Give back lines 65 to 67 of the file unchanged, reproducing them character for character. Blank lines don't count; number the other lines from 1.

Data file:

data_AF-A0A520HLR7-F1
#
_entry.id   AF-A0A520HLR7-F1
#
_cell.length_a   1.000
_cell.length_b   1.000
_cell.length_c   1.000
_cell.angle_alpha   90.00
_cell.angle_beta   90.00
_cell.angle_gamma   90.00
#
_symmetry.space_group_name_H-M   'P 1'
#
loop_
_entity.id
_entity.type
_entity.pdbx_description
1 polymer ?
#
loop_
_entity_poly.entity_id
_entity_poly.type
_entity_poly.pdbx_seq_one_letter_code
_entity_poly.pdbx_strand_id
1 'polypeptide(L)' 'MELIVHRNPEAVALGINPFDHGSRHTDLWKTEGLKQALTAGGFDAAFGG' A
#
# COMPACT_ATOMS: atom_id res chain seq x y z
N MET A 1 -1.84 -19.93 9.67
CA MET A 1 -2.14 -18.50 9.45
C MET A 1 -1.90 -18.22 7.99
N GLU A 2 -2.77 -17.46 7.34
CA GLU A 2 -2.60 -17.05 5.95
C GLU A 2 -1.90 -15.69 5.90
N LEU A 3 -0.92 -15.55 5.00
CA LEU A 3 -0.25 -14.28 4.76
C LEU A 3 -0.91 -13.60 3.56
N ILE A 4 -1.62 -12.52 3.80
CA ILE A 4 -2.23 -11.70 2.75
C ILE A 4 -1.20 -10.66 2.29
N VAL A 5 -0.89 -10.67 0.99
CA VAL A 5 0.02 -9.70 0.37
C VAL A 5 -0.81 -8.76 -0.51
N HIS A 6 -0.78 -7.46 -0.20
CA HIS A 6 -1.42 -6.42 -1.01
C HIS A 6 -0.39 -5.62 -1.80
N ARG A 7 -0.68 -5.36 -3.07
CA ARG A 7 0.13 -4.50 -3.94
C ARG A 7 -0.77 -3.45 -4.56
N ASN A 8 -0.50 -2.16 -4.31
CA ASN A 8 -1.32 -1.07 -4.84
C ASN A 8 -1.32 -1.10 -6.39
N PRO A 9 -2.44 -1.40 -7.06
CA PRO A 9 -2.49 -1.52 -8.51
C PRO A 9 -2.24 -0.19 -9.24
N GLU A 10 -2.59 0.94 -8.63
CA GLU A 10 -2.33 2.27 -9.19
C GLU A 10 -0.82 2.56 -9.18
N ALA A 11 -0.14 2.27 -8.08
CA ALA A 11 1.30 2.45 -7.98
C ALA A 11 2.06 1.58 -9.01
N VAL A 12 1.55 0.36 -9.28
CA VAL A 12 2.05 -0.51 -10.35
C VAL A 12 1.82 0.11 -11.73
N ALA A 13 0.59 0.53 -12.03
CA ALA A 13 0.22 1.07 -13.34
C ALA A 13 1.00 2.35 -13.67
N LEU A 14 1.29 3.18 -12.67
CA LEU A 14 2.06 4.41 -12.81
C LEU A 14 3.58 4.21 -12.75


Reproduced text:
CA ALA A 13 0.22 1.07 -13.34
C ALA A 13 1.00 2.35 -13.67
N LEU A 14 1.29 3.18 -12.67